| GEO Business|
Setting new development goals urged for flood-hit Pakistan
| Updated at: 1048 PST, Saturday, September 18, 2010|
ISLAMABAD: The United Nations said Pakistan will have to set afresh the Millennium Development Goals in the wake of floods across Pakistan despite the fact the country could not achieve the most of already set targets, Geo News reported Saturday.
The UN set targets of development at the inception of the millennium for at least 139 countries to achieve by 2015; these targets related poverty alleviation, hunger and strengthening women socially and economically.
Pakistan’s Planning Commission launched Small Millennium Development Report, indicating that the country has failed to achieve its goals due to slow economic growth, severe energy crises, socio-political problems, security issues, war on terror and recent flood in the country.
Deputy Chairman Planning Commission Dr Nadeemul Haq – while speaking in the launching ceremony of the report said displacements of people by floods have put a massive pressure on the economy and it is a big challenge to tackle these issues, which is going to have an adverse impact on the country – not only in terms of achievement of the Millennium Development Goals (MDGs) and targets but also in achieving sustained economic growth over the next few years.
He also said the government is making efforts to cope with above-mentioned challenges and aims at increasing the economic growth rate. To this end planning commission is already working on devising a growth strategy, which will be aimed at making Pakistan competitive in global markets.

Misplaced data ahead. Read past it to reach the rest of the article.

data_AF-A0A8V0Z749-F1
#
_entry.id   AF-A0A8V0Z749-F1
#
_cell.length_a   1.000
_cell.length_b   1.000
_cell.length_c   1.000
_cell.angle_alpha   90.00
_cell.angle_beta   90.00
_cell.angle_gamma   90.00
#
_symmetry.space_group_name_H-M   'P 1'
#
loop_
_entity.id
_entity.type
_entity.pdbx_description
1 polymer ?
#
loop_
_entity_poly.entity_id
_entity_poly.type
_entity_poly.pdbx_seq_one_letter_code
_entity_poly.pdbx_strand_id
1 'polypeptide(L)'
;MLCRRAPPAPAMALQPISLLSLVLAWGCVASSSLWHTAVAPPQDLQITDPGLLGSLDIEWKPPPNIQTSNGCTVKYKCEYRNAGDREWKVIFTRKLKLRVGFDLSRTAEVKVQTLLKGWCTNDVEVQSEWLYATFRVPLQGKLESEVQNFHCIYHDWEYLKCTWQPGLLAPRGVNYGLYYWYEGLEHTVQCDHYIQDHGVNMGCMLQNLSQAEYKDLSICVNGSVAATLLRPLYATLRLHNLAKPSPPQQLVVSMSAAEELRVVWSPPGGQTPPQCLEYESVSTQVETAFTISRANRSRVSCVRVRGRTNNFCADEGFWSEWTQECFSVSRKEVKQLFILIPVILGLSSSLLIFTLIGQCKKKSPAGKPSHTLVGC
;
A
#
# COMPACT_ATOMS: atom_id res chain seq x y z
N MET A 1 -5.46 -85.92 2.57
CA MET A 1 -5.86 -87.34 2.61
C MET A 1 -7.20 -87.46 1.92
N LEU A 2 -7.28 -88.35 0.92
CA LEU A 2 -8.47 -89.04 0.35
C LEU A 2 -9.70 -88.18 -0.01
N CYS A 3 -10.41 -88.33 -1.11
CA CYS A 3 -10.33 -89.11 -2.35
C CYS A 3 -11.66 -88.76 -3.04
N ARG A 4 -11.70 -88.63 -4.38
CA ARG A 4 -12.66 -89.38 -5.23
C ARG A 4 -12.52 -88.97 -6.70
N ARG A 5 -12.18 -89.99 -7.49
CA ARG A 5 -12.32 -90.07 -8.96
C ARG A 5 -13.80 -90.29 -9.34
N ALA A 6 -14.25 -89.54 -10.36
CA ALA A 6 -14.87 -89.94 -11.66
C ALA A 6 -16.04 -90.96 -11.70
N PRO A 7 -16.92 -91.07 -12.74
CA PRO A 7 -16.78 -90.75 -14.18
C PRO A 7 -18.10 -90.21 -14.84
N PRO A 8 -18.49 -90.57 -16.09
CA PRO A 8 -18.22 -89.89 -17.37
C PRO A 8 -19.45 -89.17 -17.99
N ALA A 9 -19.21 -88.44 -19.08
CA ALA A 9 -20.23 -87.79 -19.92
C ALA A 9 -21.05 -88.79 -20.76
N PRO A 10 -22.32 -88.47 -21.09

With regards to improving the livelihood of the poor and marginalised segments of the society, the government has taken several measures, among which reaching consensus of National Finance Commission Award and introduction of social safety nets especially through BISP are the most significant. He also said that the developing world is lapsing on its commitment towards achieving the eighth goal – “Developing a global partnership for development”. The rich countries’ trade policies are impeding Pakistan’s exports. “They can help to provide much needed quota free and duty free access to exporters from developing countries like Pakistan as recommended in the eighth goal”, he said.
He further said we could only tackle the current challenges by joint efforts and hope that the development partners will support Pakistan’s stance on the final goal. A detailed presentation on the status of the MDGs targets was presented by Aisha Maqsood Ahmed, Gender Specialist. She said it is evident from the statistics presented in the report that Pakistan has adopted 16 national targets 37 indicators against the 8 MDGs, keeping in view the priorities and data availability. Pakistan is ahead in 6 indicators; on track in two; slow in 4; lags behind in 20 indicators and is off track only in one indicator.
In his keynote address Secretary Planning and Development Division Ashraf M. Hayat said the report has significant importance, as it is only a monitoring tool for measuring Pakistan’s performance in achieving MDGs. While only five years remain towards the attainment of these goals by 2015.
“The UN Summit is very timely to reassess the world’s commitment with respect to the MDGs. In spite of all the challenges and unfavorable circumstances faced by Pakistan, the government is resolved to fulfill its commitment of achieving the MDGs,” he said.
He emphasised that the developed world should fulfill its role by allowing free access to their markets, transfer of new technologies, and by providing favorable terms of trade. Resident Coordinator United Nations Pakistan Onder Yucer and Country Director UNDP Toshihiro Tanaka also addressed the participants.